Unusual artist-developer partnership yields Tribeca condo

TRD New York /
Dec.December 29, 2011 08:47 AM

alternate
text
Clockwise from top left: Magnum Real Estate Group President Benjamin Shaoul, Arman (inset), a rendering of 482 Greenwich Street, and Prudential Douglas Elliman’s Leonard Steinberg
For all the unconventional partnerships in real estate, perhaps the most unlikely is an artist and a developer conspiring to build a nine-story condominium at the corner of Greenwich and Canal streets in Tribeca, according to the Wall Street Journal.

The lot at 482 Greenwich Street was owned by the artist Arman, who made a career out of critiquing consumerism by turning the every day items that comprised the city’s grit into an usual structures. Now, his wife has partnered with developer Magnum Real Estate Group to turn it into a luxurious nine-story, eight-unit, Karl Fischer-designed condo.

Arman purchased the land in the early 1980s along with a five-story loft building into which he moved, predating the artistic community’s shift from Soho. Real estate was not important to Arman, according to the Journal, but discarded items that lined the city’s streets were.

In 2004, Arman entered into talks with Red Brick Properties to build a condo that would prominently feature his sculpture in front. “Arman wasn’t interested in real estate. The only thing he cared about was his sculpture,” said David Slaven, a principal at Red Brick.

But after Arman’s death one year later and disputes stemming from the economic downturn, Red Brick backed out of the project. Recently, his wife struck a deal with Magnum, which is now moving forward with a nine-story, eight-unit, Karl Fischer-designed structure at the site — provided she get units in the building and two parking spaces. The building is named the Arman, and Arman’s wife calls it the perfect tribute to her husband, despite the contradiction of luxurious condos being named after a gritty street artist. Prudential Douglas Elliman’s Leonard Steinberg is marketing the units, which start at about $4 million for 2,500-square-foot, three-bedroom apartments. [WSJ]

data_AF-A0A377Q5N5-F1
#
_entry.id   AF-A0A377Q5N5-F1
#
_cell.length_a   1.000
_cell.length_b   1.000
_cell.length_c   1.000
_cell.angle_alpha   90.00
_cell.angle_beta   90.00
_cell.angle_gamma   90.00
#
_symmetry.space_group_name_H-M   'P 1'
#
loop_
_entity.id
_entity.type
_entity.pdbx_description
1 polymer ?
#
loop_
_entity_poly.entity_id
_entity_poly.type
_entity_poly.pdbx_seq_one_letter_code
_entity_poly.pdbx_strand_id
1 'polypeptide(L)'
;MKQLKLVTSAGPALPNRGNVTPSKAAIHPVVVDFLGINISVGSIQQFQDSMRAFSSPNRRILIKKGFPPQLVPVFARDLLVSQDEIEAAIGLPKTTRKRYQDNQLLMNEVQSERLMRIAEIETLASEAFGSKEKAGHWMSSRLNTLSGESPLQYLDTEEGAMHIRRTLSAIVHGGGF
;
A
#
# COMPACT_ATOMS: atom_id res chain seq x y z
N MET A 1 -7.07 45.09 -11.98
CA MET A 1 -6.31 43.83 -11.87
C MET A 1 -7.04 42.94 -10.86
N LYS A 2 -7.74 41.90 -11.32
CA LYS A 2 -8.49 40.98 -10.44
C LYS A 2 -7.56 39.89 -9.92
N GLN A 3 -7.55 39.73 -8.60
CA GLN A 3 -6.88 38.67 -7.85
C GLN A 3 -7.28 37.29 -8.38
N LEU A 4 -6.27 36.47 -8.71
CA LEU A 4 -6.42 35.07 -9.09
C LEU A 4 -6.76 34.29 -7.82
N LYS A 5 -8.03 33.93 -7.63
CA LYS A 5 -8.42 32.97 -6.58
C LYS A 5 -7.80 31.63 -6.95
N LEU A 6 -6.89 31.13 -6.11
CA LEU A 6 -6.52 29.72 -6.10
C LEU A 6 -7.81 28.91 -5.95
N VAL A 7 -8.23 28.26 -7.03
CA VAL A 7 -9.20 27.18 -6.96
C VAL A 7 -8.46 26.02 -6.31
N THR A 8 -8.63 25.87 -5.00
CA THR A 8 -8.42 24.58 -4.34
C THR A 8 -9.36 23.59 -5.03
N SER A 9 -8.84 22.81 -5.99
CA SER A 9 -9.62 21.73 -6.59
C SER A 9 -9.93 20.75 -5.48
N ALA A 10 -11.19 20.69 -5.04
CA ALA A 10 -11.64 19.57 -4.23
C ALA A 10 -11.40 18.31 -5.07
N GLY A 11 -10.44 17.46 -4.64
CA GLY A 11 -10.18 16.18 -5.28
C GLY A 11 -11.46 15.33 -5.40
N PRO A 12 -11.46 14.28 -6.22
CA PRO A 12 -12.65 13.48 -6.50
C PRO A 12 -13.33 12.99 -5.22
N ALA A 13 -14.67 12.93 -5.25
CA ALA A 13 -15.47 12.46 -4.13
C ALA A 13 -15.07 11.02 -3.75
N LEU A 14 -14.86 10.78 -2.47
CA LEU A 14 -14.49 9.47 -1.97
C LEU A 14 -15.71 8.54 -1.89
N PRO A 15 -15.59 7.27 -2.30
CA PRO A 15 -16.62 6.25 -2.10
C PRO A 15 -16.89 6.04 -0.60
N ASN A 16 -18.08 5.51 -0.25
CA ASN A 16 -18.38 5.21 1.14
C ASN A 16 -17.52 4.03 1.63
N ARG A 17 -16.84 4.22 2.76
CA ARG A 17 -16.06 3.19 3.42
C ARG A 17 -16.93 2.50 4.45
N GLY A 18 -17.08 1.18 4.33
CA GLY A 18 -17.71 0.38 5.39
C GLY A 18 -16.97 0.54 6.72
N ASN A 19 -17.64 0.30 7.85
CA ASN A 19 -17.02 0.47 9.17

Related Articles

arrow_forward_ios
John Giannone and Jac Credaroli (Credit: iStock)

Two Elliman agents launch platform to provide renters, buyers and sellers up to $50K in unsecured loans

Two Elliman agents launch platform to provide renters, buyers and sellers up to $50K in unsecured loans
Jacob Sudhoff and Scott Durkin (Credit: Sudhoff Companies, Emily Assiran, iStock)

Douglas Elliman is coming to Texas

Douglas Elliman is coming to Texas
Douglas Elliman chairman Howard Lorber (Credit: Getty Images and iStock)

Elliman’s revenue rose 18%, after sales frenzy to avoid New York’s new transfer tax

Elliman’s revenue rose 18%, after sales frenzy to avoid New York’s new transfer tax
Single-family saves the day. Q3 resi sales up in South Florida

Single-family saves the day. Q3 resi sales up in South Florida

Single-family saves the day. Q3 resi sales up in South Florida
(Getty)

Brooklyn home sales fell at a record rate in Q3

Brooklyn home sales fell at a record rate in Q3
The vacancy rate hit 5.75 percent (iStock)

Rental listings in Manhattan hit 14-year high as vacancies soar

Rental listings in Manhattan hit 14-year high as vacancies soar
Ed D’Ambrosio (center) with Dottie Herman and Rory Golod (Elliman, Twitter)

O Brother, where art thou? Dottie Herman’s brother leaves for Compass

O Brother, where art thou? Dottie Herman’s brother leaves for Compass
(iStock)

Manhattan apartment vacancy smashes 5% barrier

Manhattan apartment vacancy smashes 5% barrier
arrow_forward_ios

The Deal's newsletters give you the latest scoops, fresh headlines, marketing data, and things to know within the industry.

Loading...